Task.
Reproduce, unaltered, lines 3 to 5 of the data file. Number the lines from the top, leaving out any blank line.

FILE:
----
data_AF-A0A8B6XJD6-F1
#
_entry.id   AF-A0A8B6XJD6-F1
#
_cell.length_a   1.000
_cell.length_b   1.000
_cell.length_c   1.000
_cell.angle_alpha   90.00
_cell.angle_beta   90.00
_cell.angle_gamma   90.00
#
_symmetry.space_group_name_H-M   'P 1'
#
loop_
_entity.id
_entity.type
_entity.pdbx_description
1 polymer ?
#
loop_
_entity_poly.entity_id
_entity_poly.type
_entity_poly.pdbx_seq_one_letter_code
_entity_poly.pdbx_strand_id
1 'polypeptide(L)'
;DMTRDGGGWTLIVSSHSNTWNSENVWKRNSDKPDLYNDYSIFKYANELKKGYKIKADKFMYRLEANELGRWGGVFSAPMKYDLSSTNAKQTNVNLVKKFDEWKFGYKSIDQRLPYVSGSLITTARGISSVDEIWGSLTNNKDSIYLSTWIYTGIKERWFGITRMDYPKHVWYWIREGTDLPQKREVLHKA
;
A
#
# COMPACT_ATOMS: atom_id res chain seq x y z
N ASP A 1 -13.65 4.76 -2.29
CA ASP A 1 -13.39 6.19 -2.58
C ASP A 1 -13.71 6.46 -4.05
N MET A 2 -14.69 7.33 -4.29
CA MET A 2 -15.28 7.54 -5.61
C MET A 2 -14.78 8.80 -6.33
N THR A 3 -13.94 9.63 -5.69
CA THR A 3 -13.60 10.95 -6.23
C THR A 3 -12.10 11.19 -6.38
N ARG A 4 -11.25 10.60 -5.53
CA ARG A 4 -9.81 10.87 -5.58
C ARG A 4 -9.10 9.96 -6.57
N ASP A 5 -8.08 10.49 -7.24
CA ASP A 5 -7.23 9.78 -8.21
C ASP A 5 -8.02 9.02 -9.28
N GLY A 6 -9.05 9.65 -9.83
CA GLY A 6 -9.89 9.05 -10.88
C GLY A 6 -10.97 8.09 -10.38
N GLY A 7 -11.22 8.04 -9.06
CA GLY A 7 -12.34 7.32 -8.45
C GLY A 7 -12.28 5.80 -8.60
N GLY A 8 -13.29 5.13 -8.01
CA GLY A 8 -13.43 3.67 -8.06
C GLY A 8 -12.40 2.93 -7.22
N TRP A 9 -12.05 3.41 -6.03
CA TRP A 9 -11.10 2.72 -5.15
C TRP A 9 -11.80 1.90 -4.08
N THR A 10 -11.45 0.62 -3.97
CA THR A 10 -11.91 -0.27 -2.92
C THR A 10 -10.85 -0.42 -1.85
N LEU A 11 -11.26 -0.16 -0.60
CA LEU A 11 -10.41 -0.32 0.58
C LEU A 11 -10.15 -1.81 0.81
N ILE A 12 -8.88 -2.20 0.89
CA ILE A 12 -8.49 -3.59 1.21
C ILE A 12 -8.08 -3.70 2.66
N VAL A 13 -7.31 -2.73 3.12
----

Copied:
_entry.id   AF-A0A8B6XJD6-F1
#
_cell.length_a   1.000